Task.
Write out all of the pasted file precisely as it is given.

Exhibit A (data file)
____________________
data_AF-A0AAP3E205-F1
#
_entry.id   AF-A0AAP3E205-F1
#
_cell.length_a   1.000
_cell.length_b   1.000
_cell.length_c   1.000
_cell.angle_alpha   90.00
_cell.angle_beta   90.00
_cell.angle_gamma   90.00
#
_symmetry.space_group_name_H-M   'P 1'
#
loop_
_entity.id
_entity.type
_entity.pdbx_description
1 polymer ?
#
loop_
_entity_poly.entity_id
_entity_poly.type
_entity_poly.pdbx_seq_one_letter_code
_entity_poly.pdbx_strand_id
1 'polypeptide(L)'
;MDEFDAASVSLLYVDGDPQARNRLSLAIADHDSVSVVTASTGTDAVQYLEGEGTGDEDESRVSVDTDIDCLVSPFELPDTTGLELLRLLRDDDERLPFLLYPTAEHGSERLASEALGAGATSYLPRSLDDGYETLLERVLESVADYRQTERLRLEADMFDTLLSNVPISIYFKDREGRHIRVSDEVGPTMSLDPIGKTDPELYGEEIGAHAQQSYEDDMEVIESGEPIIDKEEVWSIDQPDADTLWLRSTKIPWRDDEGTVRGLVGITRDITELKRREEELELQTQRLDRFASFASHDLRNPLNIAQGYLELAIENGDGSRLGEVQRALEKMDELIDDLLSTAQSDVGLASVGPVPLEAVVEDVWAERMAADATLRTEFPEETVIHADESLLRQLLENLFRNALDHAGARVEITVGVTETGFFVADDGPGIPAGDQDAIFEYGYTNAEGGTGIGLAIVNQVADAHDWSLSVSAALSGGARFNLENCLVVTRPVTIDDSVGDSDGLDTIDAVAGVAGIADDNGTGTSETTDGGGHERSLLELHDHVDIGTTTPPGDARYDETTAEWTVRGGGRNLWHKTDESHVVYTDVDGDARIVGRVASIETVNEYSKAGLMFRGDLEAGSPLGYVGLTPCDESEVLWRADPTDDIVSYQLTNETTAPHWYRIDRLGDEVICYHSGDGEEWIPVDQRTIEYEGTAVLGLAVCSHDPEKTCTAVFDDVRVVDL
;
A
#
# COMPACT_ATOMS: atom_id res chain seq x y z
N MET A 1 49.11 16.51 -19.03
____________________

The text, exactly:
data_AF-A0AAP3E205-F1
#
_entry.id   AF-A0AAP3E205-F1
#
_cell.length_a   1.000
_cell.length_b   1.000
_cell.length_c   1.000
_cell.angle_alpha   90.00
_cell.angle_beta   90.00
_cell.angle_gamma   90.00
#
_symmetry.space_group_name_H-M   'P 1'
#
loop_
_entity.id
_entity.type
_entity.pdbx_description
1 polymer ?
#
loop_
_entity_poly.entity_id
_entity_poly.type
_entity_poly.pdbx_seq_one_letter_code
_entity_poly.pdbx_strand_id
1 'polypeptide(L)'
;MDEFDAASVSLLYVDGDPQARNRLSLAIADHDSVSVVTASTGTDAVQYLEGEGTGDEDESRVSVDTDIDCLVSPFELPDTTGLELLRLLRDDDERLPFLLYPTAEHGSERLASEALGAGATSYLPRSLDDGYETLLERVLESVADYRQTERLRLEADMFDTLLSNVPISIYFKDREGRHIRVSDEVGPTMSLDPIGKTDPELYGEEIGAHAQQSYEDDMEVIESGEPIIDKEEVWSIDQPDADTLWLRSTKIPWRDDEGTVRGLVGITRDITELKRREEELELQTQRLDRFASFASHDLRNPLNIAQGYLELAIENGDGSRLGEVQRALEKMDELIDDLLSTAQSDVGLASVGPVPLEAVVEDVWAERMAADATLRTEFPEETVIHADESLLRQLLENLFRNALDHAGARVEITVGVTETGFFVADDGPGIPAGDQDAIFEYGYTNAEGGTGIGLAIVNQVADAHDWSLSVSAALSGGARFNLENCLVVTRPVTIDDSVGDSDGLDTIDAVAGVAGIADDNGTGTSETTDGGGHERSLLELHDHVDIGTTTPPGDARYDETTAEWTVRGGGRNLWHKTDESHVVYTDVDGDARIVGRVASIETVNEYSKAGLMFRGDLEAGSPLGYVGLTPCDESEVLWRADPTDDIVSYQLTNETTAPHWYRIDRLGDEVICYHSGDGEEWIPVDQRTIEYEGTAVLGLAVCSHDPEKTCTAVFDDVRVVDL
;
A
#
# COMPACT_ATOMS: atom_id res chain seq x y z
N MET A 1 49.11 16.51 -19.03